Photo #1
Location: Concord, CA
Date: 7, March, 2015


Discussion: Having seen these fellows in my yard all spring, I knew beforehand that this neighborhood regular was a western bluebird (Sialia mexicana), but because I maxed out the zoom feature on my old cell phone, the photo was left with a watercolor-esque dappling that I thought might confuse the computer vision algorithm’s at work here.

I was right.

Merlin’s best matches led with a male hooded merganser (breeding male) and an adult American robin. Hopefully, anyone with any sense would know enough to dismiss those outright and click through to “More Results.” Still, even after fiddling with the settings several times (knowing that the first time I attempted to identify this bird a week ago, I remember western bluebird falling within the first ten suggestions, this time around western bluebird was Merlin’se 23rd choice.

Clearly, the caveat that “high quality images of birds in typical poses work best” holds true here.

Photo #2
Location: Bakersfield, CA
Date: 4 November, 2011


Discussion: When I first caught a glimpse of this bird in flight at a distance in the Wind Wolves Preserve north of the Grapevine, for a moment I thought I might have seen something a little more exotic like a prairie or peregrine falcon; but deep down, I’ve always known this was an American kestrel (Falco sparverius). Merlin confirms it.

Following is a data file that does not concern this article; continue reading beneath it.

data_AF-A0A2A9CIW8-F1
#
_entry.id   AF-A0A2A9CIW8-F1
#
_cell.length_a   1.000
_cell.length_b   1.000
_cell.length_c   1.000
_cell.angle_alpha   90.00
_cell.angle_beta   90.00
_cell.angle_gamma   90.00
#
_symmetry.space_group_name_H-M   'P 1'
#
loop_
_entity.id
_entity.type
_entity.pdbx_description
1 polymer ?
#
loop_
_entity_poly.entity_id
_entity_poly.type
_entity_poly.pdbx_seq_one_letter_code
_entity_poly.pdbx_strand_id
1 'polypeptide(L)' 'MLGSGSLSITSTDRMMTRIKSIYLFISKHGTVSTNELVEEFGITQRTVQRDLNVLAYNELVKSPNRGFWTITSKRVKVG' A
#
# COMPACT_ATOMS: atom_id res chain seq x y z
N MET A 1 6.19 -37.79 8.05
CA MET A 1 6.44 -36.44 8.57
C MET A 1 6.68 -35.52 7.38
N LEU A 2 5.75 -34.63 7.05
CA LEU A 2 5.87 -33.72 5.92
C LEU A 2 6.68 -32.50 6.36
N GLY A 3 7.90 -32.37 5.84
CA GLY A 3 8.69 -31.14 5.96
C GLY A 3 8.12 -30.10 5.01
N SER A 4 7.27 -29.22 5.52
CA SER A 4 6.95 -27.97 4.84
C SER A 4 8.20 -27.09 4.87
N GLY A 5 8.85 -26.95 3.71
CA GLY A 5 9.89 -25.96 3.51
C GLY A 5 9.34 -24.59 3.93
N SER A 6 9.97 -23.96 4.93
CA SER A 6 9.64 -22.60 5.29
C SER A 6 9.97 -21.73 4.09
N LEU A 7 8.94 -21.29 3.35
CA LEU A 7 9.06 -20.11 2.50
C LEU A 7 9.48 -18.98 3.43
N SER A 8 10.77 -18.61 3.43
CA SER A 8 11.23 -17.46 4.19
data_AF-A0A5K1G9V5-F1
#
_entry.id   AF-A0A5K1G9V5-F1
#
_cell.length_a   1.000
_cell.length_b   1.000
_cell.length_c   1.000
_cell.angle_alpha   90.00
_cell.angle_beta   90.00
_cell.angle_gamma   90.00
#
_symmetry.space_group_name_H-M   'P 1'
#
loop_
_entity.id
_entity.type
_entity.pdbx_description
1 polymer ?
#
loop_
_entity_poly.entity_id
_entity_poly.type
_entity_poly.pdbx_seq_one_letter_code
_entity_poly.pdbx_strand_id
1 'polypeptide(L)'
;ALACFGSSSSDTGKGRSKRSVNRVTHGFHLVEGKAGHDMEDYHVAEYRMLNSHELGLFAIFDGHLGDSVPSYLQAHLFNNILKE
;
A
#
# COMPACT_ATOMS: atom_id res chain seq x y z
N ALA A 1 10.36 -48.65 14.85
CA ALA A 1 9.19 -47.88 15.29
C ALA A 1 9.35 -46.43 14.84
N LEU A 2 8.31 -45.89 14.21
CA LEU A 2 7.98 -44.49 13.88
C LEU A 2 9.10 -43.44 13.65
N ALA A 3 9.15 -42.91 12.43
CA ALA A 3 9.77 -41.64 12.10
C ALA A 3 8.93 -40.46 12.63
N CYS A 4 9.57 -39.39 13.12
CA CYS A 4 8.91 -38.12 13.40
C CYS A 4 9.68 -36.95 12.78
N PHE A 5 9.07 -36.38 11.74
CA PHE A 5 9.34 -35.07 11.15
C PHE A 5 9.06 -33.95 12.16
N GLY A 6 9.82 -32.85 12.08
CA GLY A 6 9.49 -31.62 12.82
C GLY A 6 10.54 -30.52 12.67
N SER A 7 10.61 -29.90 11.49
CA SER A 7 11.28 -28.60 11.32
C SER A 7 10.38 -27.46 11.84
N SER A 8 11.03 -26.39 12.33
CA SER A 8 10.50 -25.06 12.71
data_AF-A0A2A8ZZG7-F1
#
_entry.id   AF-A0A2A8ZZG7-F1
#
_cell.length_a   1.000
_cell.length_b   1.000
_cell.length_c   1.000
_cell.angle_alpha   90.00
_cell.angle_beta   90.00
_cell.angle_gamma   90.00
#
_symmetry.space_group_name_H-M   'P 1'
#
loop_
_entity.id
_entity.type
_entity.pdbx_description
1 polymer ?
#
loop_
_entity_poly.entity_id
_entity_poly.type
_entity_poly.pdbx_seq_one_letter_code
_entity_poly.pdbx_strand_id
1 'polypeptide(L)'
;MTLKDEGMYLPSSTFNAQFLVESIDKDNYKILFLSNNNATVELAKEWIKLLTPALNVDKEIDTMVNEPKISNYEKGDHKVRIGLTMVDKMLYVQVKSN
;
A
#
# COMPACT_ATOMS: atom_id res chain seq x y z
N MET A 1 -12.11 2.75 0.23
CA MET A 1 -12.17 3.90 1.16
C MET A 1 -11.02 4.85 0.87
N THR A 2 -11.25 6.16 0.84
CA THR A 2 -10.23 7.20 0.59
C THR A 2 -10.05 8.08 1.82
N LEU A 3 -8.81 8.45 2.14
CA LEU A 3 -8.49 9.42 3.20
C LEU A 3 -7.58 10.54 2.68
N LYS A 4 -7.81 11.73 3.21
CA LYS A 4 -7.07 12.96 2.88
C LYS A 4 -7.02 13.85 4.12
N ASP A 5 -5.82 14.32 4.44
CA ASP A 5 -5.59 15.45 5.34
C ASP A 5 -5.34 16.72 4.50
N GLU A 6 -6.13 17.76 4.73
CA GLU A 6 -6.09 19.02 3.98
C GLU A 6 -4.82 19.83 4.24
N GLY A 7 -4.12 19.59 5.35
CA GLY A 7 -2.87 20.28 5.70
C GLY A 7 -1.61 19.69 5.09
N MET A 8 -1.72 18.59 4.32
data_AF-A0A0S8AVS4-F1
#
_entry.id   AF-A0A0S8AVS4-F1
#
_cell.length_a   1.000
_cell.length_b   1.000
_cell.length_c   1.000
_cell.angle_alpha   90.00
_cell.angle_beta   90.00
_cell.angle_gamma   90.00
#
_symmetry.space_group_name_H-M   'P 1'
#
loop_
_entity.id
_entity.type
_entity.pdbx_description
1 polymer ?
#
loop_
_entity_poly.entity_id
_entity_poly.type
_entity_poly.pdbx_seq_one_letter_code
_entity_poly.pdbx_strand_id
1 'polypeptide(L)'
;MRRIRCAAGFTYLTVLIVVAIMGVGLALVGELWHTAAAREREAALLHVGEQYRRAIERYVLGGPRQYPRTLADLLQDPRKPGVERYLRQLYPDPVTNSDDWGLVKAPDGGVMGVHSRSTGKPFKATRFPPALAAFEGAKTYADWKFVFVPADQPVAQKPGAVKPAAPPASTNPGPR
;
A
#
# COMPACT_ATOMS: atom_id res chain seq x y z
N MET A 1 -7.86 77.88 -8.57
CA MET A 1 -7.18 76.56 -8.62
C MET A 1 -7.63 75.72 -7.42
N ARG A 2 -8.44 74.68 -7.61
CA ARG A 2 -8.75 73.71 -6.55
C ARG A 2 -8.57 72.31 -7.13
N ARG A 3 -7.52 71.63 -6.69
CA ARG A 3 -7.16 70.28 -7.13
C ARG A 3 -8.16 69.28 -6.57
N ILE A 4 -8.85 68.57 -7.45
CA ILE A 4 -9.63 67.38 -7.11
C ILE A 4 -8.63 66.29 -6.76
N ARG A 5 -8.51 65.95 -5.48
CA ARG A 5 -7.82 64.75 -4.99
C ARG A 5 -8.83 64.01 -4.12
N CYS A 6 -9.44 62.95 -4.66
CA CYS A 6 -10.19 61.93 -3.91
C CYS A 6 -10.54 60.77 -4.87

Photo #3
Location: Clearlake, CA
Date: 20 June, 2010


Discussion: If you look closely, you’ll see this photo isn’t exactly fair – there aren’t one, but two birds awkwardly posed against the tree in this pine-oak woodland. When I first saw this pair of woodpeckers, what was most remarkable about them – second only to the outlandish ruckus they and their fledglings were raising at the time – was their remarkable size. Seeing as how pileated woodpeckers (Hylatomus pileatus) are the largest woodpecker in the United States (second only to the presumed extinct ivory-billed woodpecker), their size is one of the primary traits that makes them so easy to identify in the field.

But, Merlin doesn’t know how big the bird in my photo was. Nevertheless, pileated woodpecker is Merlin’s first and only suggestion.


So despite my clumsy attempts at wildlife photography, Merlin Bird Photo ID pulls through in a pinch, even if it needs hand-holding when tricky photographs are at issue. In truth, that’s no different than catching a fleeting glimpse of a hooded sparrow and trying to narrow down your choices between a dark-eyed junco and a spotted towhee. Whether you are flipping between bird IDs suggested by Merlin or flipping between pages in your field guide, in the end it comes down to the birder to make the final call.